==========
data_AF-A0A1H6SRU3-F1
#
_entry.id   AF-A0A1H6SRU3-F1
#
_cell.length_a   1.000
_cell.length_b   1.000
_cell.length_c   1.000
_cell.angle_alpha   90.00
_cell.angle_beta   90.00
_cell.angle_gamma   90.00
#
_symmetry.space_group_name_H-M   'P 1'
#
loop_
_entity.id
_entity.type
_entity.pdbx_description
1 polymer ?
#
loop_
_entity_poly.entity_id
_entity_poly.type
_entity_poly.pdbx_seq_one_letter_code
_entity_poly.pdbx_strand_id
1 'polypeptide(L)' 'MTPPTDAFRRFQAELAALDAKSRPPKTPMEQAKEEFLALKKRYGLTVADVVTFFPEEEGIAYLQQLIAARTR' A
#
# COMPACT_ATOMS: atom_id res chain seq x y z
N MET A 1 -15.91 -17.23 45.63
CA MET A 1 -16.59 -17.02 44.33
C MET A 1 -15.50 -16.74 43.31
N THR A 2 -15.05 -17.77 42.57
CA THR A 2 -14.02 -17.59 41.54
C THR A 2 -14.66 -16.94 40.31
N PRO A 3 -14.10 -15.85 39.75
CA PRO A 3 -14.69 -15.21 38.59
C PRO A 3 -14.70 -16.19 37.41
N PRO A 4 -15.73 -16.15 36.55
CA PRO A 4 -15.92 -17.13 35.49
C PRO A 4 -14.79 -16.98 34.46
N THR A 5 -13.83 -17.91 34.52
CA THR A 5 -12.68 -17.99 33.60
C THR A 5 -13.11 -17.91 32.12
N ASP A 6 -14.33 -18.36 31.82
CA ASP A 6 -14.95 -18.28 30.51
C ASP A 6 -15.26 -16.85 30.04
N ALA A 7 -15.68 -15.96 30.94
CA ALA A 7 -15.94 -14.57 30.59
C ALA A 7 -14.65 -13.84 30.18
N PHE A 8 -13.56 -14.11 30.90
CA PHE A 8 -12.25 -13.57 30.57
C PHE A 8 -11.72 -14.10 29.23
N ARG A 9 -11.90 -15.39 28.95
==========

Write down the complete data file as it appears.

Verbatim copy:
data_AF-A0A1H6SRU3-F1
#
_entry.id   AF-A0A1H6SRU3-F1
#
_cell.length_a   1.000
_cell.length_b   1.000
_cell.length_c   1.000
_cell.angle_alpha   90.00
_cell.angle_beta   90.00
_cell.angle_gamma   90.00
#
_symmetry.space_group_name_H-M   'P 1'
#
loop_
_entity.id
_entity.type
_entity.pdbx_description
1 polymer ?
#
loop_
_entity_poly.entity_id
_entity_poly.type
_entity_poly.pdbx_seq_one_letter_code
_entity_poly.pdbx_strand_id
1 'polypeptide(L)' 'MTPPTDAFRRFQAELAALDAKSRPPKTPMEQAKEEFLALKKRYGLTVADVVTFFPEEEGIAYLQQLIAARTR' A
#
# COMPACT_ATOMS: atom_id res chain seq x y z
N MET A 1 -15.91 -17.23 45.63
CA MET A 1 -16.59 -17.02 44.33
C MET A 1 -15.50 -16.74 43.31
N THR A 2 -15.05 -17.77 42.57
CA THR A 2 -14.02 -17.59 41.54
C THR A 2 -14.66 -16.94 40.31
N PRO A 3 -14.10 -15.85 39.75
CA PRO A 3 -14.69 -15.21 38.59
C PRO A 3 -14.70 -16.19 37.41
N PRO A 4 -15.73 -16.15 36.55
CA PRO A 4 -15.92 -17.13 35.49
C PRO A 4 -14.79 -16.98 34.46
N THR A 5 -13.83 -17.91 34.52
CA THR A 5 -12.68 -17.99 33.60
C THR A 5 -13.11 -17.91 32.12
N ASP A 6 -14.33 -18.36 31.82
CA ASP A 6 -14.95 -18.28 30.51
C ASP A 6 -15.26 -16.85 30.04
N ALA A 7 -15.68 -15.96 30.94
CA ALA A 7 -15.94 -14.57 30.59
C ALA A 7 -14.65 -13.84 30.18
N PHE A 8 -13.56 -14.11 30.90
CA PHE A 8 -12.25 -13.57 30.57
C PHE A 8 -11.72 -14.10 29.23
N ARG A 9 -11.90 -15.39 28.95